A slightly more aggressive tactic would be to target those freehold companies that have an especially poor energy efficiency record. Adopting a name-and-shame policy with regard to the most profligate users of energy in the commercial sector would be newsworthy and would concentrate the minds of other companies in a beneficial way.
There is clearly no shortage of ideas and policies to help increase energy efficiency in offices, which could be implemented without the need for a lot of new primary legislation. I shall conclude with three points that I hope my right hon. Friend the Minister will consider, in the context of the commercial sector and of ensuring that our overall climate change strategy is properly monitored and, in view of yesterday's second IPCC report, adequately updated.
First, does my right hon. Friend have any plans to update continuously the Government's climate change strategy? I accept that it was published only recently, after a long period of consultation, but would it not make sense to revisit the strategy to take account of the new figures contained in yesterday's IPCC report?
Secondly, does my right hon. Friend agree that it would be valuable for the House to have an annual debate on the Government's overall sustainable development policy? I suspect that he will agree, given his response to an Adjournment debate last week. Such a debate would provide an opportunity to discuss the annual progress of the climate change strategy, and to look in detail at issues such as energy efficiency in the commercial sector. It would also give hon. Members the opportunity to check progress and to generate new ideas for further policy change.
Thirdly, will my right hon. Friend discuss with ministerial colleagues the question of a formal review of energy efficiency throughout the parliamentary estate? I appreciate that the Government do not have direct responsibility for management of the estate, but the House of Commons Commission would be likely to take the matter of energy efficiency more seriously if the Government set objectives and took the lead in raising the issue.
Finally, we need to secure in the commercial sector the sort of change of thinking that has already been secured in the manufacturing sector. The commercial 222WH sector must be encouraged to understand that investment in energy efficiency is not a cost and that introducing it should be not be done grudgingly or as a result of Government diktat. Energy efficiency can bring about significant financial savings, and it will also help us to meet our carbon dioxide emissions targets. Achieving those targets is even more important in the light of yesterday's IPCC report.
§ The Minister for the Environment (Mr. Michael Meacher)
I support what my hon. Friend the Member for Bury, North (Mr. Chaytor) said in congratulating my hon. Friend the Member for Eltham (Mr. Efford) on securing this debate. It is true that the Chamber is not exactly crowded, but there is no doubt that this subject is very important and that its significance goes far beyond the number of people present for the debate.
My hon. Friend the Member for Eltham was right to place the debate in the context of climate change. Arguably, climate change is the greatest challenge facing the world. It is certainly the greatest environmental challenge that we have to meet.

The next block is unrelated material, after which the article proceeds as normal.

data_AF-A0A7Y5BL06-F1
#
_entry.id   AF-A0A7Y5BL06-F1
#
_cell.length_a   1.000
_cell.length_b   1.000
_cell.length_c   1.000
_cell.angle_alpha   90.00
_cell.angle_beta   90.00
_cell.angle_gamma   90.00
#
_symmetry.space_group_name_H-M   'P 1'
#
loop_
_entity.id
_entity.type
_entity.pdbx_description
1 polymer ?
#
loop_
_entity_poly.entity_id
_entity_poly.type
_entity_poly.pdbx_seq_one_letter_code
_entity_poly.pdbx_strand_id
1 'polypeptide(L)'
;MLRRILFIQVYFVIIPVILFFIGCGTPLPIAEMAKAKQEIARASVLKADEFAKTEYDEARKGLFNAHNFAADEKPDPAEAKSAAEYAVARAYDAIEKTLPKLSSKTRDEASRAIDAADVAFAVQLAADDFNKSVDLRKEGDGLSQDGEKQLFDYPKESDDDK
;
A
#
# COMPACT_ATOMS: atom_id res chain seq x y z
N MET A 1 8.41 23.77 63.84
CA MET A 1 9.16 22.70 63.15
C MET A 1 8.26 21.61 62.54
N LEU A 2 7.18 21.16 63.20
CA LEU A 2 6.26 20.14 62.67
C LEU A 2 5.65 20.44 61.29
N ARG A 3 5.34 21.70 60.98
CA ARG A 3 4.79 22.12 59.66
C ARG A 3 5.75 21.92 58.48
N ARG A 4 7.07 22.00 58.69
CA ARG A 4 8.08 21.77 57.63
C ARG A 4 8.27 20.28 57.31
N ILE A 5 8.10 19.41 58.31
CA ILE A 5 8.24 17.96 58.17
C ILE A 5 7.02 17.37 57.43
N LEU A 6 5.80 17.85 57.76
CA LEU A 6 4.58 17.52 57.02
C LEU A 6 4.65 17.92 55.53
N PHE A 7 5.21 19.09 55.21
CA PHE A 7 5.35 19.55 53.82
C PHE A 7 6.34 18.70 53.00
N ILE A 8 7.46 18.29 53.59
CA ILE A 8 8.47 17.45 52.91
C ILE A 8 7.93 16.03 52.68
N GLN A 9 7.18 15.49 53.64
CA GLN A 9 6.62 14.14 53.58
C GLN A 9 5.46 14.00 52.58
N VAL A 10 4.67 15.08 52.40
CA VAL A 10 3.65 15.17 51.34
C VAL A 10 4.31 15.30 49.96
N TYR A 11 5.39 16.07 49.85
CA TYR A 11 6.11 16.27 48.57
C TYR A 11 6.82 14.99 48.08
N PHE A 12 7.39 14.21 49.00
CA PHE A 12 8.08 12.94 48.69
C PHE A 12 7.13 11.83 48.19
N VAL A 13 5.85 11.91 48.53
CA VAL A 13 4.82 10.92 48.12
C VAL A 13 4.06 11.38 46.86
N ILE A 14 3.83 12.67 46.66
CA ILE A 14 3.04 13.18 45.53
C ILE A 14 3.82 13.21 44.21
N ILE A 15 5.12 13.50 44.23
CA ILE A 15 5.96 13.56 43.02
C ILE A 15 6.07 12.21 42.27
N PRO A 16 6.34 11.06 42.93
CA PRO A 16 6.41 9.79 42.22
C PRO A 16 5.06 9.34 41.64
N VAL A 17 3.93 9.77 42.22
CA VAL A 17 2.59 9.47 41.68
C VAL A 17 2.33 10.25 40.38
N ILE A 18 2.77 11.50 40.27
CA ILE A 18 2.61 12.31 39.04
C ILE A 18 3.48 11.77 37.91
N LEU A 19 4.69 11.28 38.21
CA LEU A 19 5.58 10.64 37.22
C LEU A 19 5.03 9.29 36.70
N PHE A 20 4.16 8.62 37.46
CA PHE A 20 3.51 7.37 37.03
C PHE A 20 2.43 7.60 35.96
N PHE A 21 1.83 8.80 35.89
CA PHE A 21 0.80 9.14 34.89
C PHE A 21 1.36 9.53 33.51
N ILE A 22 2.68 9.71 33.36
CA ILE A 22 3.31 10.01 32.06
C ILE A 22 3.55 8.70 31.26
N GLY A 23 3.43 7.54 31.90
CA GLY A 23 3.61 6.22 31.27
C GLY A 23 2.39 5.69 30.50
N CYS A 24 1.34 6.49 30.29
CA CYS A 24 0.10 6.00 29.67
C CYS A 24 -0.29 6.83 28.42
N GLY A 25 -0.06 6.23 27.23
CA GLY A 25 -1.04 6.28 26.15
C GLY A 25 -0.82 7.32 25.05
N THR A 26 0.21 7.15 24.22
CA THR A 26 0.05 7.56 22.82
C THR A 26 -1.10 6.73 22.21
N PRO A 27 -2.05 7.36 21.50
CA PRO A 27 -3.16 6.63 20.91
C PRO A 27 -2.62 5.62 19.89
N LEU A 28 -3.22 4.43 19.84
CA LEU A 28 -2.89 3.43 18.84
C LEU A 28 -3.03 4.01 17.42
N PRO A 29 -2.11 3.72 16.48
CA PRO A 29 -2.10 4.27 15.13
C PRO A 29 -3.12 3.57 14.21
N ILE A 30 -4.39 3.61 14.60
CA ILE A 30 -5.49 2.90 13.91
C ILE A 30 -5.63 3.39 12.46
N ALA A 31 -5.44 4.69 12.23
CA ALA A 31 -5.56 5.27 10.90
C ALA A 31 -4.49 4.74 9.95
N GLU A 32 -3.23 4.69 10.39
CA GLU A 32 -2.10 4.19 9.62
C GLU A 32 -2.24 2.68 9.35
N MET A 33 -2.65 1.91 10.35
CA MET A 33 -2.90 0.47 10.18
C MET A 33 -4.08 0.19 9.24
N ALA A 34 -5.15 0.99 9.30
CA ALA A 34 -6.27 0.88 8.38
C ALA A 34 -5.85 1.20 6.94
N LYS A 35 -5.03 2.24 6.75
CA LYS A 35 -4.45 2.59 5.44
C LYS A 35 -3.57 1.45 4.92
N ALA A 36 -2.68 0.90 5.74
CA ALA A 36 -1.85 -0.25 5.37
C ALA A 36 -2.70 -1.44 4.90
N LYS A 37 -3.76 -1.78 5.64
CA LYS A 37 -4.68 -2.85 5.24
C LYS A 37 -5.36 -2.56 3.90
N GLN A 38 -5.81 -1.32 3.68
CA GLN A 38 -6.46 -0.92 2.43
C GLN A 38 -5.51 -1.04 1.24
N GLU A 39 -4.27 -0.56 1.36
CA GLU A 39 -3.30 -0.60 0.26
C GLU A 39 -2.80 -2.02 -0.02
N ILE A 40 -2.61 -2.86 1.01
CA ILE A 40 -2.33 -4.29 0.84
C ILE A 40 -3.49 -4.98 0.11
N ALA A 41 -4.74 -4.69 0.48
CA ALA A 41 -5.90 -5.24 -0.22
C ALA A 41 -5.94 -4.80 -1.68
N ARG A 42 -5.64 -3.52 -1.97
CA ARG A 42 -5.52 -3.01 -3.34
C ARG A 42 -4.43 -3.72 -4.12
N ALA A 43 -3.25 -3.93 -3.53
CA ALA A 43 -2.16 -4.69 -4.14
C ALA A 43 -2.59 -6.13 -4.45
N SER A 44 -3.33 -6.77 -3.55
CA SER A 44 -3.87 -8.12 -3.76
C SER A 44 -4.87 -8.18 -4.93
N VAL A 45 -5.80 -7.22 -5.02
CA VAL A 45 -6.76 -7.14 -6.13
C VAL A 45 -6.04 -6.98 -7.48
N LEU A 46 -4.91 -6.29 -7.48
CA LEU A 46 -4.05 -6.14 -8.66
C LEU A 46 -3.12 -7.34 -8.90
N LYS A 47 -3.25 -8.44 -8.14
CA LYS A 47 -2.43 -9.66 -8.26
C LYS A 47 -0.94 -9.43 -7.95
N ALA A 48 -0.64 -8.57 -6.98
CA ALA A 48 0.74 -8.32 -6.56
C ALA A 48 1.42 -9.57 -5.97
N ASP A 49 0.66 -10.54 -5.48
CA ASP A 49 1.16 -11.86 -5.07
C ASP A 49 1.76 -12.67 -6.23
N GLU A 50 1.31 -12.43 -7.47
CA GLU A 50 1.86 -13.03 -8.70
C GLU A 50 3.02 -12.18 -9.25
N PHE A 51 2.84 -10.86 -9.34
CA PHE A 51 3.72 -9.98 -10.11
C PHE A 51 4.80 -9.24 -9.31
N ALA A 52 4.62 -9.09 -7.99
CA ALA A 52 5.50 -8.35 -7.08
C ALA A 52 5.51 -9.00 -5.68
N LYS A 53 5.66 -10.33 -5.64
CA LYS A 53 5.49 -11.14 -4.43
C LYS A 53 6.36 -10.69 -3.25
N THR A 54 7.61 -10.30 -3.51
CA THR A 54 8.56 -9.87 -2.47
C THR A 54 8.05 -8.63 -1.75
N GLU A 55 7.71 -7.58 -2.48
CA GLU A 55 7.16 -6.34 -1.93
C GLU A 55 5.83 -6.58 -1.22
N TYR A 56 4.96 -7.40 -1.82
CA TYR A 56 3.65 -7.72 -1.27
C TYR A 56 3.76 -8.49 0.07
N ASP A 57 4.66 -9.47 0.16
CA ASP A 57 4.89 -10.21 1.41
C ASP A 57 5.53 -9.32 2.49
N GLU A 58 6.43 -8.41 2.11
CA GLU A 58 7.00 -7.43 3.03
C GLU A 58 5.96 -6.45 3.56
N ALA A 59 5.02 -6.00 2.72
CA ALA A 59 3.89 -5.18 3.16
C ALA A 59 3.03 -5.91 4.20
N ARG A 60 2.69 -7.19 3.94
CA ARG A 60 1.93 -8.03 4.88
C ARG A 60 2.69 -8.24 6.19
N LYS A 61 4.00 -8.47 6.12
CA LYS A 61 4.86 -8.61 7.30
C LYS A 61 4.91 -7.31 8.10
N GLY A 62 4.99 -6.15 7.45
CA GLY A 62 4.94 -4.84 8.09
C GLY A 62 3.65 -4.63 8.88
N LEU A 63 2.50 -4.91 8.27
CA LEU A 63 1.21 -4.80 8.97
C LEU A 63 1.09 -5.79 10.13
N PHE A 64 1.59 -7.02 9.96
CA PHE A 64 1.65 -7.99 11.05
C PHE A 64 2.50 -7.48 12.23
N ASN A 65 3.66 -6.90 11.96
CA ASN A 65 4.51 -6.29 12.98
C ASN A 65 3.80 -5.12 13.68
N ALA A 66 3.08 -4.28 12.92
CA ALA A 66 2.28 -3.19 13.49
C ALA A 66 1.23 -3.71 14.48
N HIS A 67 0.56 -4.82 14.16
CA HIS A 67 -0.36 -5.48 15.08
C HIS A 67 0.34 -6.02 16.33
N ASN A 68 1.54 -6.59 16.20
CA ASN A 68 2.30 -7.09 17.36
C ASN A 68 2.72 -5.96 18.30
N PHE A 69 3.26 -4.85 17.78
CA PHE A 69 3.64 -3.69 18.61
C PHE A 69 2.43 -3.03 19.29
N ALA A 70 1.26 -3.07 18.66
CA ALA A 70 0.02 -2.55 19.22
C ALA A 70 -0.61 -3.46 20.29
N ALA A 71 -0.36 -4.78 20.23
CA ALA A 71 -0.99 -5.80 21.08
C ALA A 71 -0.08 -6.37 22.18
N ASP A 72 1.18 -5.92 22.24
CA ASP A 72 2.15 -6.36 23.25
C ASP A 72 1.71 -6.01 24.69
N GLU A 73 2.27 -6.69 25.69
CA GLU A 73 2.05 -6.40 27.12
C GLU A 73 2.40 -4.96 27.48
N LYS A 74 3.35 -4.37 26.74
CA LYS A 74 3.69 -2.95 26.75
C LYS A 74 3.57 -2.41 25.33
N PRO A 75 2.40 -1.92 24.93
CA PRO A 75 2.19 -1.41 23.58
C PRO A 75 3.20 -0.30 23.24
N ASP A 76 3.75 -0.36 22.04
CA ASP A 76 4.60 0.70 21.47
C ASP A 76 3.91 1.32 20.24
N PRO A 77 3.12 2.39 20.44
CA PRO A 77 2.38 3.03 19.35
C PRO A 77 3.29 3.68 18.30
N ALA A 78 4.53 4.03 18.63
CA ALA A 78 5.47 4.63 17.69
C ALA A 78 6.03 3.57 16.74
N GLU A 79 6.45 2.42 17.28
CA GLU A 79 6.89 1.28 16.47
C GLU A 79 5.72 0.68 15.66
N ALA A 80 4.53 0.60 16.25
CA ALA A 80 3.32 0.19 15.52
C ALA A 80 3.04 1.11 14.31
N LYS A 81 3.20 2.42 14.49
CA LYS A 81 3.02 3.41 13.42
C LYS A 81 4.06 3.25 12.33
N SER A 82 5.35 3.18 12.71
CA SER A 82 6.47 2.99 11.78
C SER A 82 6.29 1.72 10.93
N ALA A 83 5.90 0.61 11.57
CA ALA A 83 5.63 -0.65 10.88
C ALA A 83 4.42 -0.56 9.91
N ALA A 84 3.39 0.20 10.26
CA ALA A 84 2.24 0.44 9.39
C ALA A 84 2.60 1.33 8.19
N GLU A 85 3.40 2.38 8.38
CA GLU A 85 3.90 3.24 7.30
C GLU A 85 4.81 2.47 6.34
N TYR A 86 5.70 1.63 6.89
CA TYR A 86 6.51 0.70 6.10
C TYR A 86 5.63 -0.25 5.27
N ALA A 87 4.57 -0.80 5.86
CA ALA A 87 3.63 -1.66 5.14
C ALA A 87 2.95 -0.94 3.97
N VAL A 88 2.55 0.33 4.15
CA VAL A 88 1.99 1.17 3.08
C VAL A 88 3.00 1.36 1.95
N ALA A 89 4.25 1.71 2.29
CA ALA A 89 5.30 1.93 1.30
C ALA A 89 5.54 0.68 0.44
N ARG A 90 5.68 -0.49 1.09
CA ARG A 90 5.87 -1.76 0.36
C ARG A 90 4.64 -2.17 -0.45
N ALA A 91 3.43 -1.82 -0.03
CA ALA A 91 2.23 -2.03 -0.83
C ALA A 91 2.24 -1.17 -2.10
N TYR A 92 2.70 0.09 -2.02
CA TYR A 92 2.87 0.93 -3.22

The latest Intergovernmental Panel on Climate Change report estimates that temperatures will rise over the next 100 years by 5.8 deg C. That compares with that organisation's previous estimate of a rise of 3.6 deg C. The figures may appear small, but their implications are massive. For example, 150,000 years ago, a fall of only 5 deg C meant that an equable climate became an ice age, in which ice came down from the north to cover Siberia, the northern European plain and north America. An increase of some 6 deg C from current levels is not without precedent in the Earth's history, but it is without precedent in the recent history of mammals, including human beings. The wider consequences are totally unpredictable. In those circumstances, the Government take the view, which I am sure is right, that we certainly should make a very precautionary response.
We know the causes of the increase in carbon dioxide. The first is the profligate use of energy—much of which is wasted extensively into the environment—by the domestic and industrial sectors. The second is the increasing number of vehicles, not only in this country but throughout the world—including the developing world, which will, in the next 50 years, rapidly move to our levels of mobility by vehicles. The third cause is the continuing, massive use across the world, especially by industry, of fossil fuels, with the consequent need to shift to renewable sources of energy.
My hon. Friend the Member for Eltham was right to point out that, in the 200 years since industrialisation began, in the late 18th century, concentrations of CO2 in the atmosphere have increased by about a third, from about 270 ppm to between 360 and 365 ppm. That increase is highly significant in such a short time; in geological time, 200 years is the twinkling of an eye. The key point is that concentrations of CO2 are not cyclical, like the economy; the upward trend will continue unless we reverse it.